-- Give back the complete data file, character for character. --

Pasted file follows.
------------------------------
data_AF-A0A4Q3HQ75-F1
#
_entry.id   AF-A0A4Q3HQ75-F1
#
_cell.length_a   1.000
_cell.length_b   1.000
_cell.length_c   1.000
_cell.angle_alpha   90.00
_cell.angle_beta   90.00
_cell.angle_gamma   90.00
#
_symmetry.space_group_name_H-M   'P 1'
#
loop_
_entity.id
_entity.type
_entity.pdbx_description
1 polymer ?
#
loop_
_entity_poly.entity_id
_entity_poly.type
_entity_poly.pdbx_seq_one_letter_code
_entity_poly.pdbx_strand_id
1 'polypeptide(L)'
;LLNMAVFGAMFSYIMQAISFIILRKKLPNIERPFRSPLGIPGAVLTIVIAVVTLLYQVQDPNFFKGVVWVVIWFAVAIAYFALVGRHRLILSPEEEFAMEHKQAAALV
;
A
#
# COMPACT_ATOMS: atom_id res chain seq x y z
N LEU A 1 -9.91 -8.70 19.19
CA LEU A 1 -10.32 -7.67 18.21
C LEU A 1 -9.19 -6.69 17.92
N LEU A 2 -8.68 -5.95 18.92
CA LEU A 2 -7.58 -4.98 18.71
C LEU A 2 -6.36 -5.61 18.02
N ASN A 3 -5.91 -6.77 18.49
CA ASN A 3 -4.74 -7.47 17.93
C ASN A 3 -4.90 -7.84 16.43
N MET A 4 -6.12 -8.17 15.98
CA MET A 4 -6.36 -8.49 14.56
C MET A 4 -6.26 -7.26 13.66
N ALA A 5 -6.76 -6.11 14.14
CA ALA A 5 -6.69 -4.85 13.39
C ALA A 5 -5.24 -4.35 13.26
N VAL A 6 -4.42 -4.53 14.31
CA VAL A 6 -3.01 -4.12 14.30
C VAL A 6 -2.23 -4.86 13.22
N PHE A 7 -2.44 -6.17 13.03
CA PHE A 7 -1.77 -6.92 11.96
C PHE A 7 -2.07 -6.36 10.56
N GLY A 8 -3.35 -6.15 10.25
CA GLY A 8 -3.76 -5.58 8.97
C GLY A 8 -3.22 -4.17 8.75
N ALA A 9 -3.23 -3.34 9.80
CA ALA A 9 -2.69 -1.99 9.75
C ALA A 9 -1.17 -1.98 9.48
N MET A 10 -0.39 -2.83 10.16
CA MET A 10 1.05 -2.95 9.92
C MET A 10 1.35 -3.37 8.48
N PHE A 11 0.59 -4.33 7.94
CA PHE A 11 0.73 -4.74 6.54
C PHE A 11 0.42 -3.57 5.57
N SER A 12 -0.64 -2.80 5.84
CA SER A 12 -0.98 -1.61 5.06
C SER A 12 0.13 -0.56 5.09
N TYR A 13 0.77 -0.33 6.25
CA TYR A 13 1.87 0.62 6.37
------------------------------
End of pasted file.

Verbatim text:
data_AF-A0A4Q3HQ75-F1
#
_entry.id   AF-A0A4Q3HQ75-F1
#
_cell.length_a   1.000
_cell.length_b   1.000
_cell.length_c   1.000
_cell.angle_alpha   90.00
_cell.angle_beta   90.00
_cell.angle_gamma   90.00
#
_symmetry.space_group_name_H-M   'P 1'
#
loop_
_entity.id
_entity.type
_entity.pdbx_description
1 polymer ?
#
loop_
_entity_poly.entity_id
_entity_poly.type
_entity_poly.pdbx_seq_one_letter_code
_entity_poly.pdbx_strand_id
1 'polypeptide(L)'
;LLNMAVFGAMFSYIMQAISFIILRKKLPNIERPFRSPLGIPGAVLTIVIAVVTLLYQVQDPNFFKGVVWVVIWFAVAIAYFALVGRHRLILSPEEEFAMEHKQAAALV
;
A
#
# COMPACT_ATOMS: atom_id res chain seq x y z
N LEU A 1 -9.91 -8.70 19.19
CA LEU A 1 -10.32 -7.67 18.21
C LEU A 1 -9.19 -6.69 17.92
N LEU A 2 -8.68 -5.95 18.92
CA LEU A 2 -7.58 -4.98 18.71
C LEU A 2 -6.36 -5.61 18.02
N ASN A 3 -5.91 -6.77 18.49
CA ASN A 3 -4.74 -7.47 17.93
C ASN A 3 -4.90 -7.84 16.43
N MET A 4 -6.12 -8.17 15.98
CA MET A 4 -6.36 -8.49 14.56
C MET A 4 -6.26 -7.26 13.66
N ALA A 5 -6.76 -6.11 14.14
CA ALA A 5 -6.69 -4.85 13.39
C ALA A 5 -5.24 -4.35 13.26
N VAL A 6 -4.42 -4.53 14.31
CA VAL A 6 -3.01 -4.12 14.30
C VAL A 6 -2.23 -4.86 13.22
N PHE A 7 -2.44 -6.17 13.03
CA PHE A 7 -1.77 -6.92 11.96
C PHE A 7 -2.07 -6.36 10.56
N GLY A 8 -3.35 -6.15 10.25
CA GLY A 8 -3.76 -5.58 8.97
C GLY A 8 -3.22 -4.17 8.75
N ALA A 9 -3.23 -3.34 9.80
CA ALA A 9 -2.69 -1.99 9.75
C ALA A 9 -1.17 -1.98 9.48
N MET A 10 -0.39 -2.83 10.16
CA MET A 10 1.05 -2.95 9.92
C MET A 10 1.35 -3.37 8.48
N PHE A 11 0.59 -4.33 7.94
CA PHE A 11 0.73 -4.74 6.54
C PHE A 11 0.42 -3.57 5.57
N SER A 12 -0.64 -2.80 5.84
CA SER A 12 -0.98 -1.61 5.06
C SER A 12 0.13 -0.56 5.09
N TYR A 13 0.77 -0.33 6.25
CA TYR A 13 1.87 0.62 6.37